(2) The LED current will depend on the mosfet temperature and the mosfet temperature will increase due to the big power loss there. In theory this should be a problem, in practice I’ve never noticed. Not sure why — maybe the change happens so fast that you adjust for it anyway when twisting the knob.

Problems with this circuit

Mosfet choice

Many mosfets can’t handle being used as a linear resistors, instead they’re design to be fully on or fully off at all times. Look for Safe Operating Area (SOA) graphs in the datasheets, if there is not a line for “DC”/”continous”/”infinite” operation then the part might not work.

Checkout this SOA for an Phillips semiconductor IRF540 mosfet:

As we change the pot’s position we will make the mosfet suffer different currents and voltages. With enough testing you could draw a line on this graph of all the possible settings, but I’m lazy and instead going to approximate:

It’s unlikely that the mosfet will see both 12V and 1.2A at the same time (that would be 12 watts! flames!). But let’s pretend it does. Even then we will still be within the DC SOA for this mosfet (yay) so we’re good on this measure.

Of course I went “screw all of this theory” and did completely the wrong thing: I grabbed the WORST N-channel TO-220 mosfet I had. A greymarket IRF540 I bought on eBay whilst sorting from cheapest to most expensive. Guaranteed to be some form of N channel mosfet, but nothing more.

It’s been fine. I’ve made three of these things and none have ever failed. Maybe the crappier, older parts the greymarket sellers blacktop and relabel are actually better choices than some newer mosfets (which tend to have worse SOAs). ¯\_ (o.o) _/¯

Capacitor size

You don’t need 1000u. It might even work without any capacitance. Never bothered testing.

Some 12V power supplies might misbehave (flicker) without capacitance. Others will misbehave because of the capacitance.

The series fuse is important here, it adds some resistance to avoid the inductance of the 12V power lead combining with the capacitor to make an LC oscillator.

Fuse efficiency

The fuse runs warm. That’s normal, fuses like this can be something like 1 ohm once warmed up. Again, just another inefficiency to add to the pile.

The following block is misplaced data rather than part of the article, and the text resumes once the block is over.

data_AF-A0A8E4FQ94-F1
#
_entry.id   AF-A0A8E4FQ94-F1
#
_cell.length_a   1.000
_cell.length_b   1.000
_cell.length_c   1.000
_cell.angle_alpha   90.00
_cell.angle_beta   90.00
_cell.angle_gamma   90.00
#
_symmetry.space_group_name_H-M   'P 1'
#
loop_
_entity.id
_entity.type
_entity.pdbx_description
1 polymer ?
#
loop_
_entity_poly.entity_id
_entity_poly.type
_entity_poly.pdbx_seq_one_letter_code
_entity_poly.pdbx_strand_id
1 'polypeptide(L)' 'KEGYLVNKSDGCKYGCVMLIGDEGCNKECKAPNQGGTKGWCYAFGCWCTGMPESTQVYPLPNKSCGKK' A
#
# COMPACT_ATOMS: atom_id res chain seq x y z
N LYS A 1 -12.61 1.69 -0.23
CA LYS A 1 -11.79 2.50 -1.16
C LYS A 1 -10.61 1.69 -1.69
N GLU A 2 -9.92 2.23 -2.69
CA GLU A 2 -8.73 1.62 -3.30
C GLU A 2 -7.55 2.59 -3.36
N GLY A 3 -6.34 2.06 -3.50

Flicker problems

EDIT: Pad on my home-etched PCB had torn off, was barely touching other tracks.

I’m still to work this one out. One of my drivers flickers sometimes. It seems to be related to physical stress (tapping it fixes the issue). It could be a bad connector, bad joint or even a bad pot.

Future designs

I was trying to put together a non-linear current-controlled switchmode version, but its complexity has started sky-rocketing. I’m not sure if it’s worth it. Perhaps if I go for 24V strips, which waste less power in the resistors? I’ll have to see.

I hope some of my desk improvements and circuit abuse shenanigans have been interesting.

Matthew Payor - Saturday 11 February 2023

Log pot? Maybe with an off the shelf buck module.

Hales - (site author) - Saturday 11 February 2023

The nonlinearity of the transistor is free. Other transistor arrangements are not as good (eg source/emitter followers don't allow you to get the full 12V unless your power supply is eg 14V to begin with). Adding a logpot will add another layer of nonlinearity, no idea if it will make things better or worse.

N.B. I've never used a logpot, I've only ever used linear pots with a wiper resistor (this makes them logarithmic). Checkout http://tomjewell.com/Technical/logpot/logpot.html

Hales - (site author) - Saturday 11 February 2023

Doh, forgot to reply to your "buck module" bit.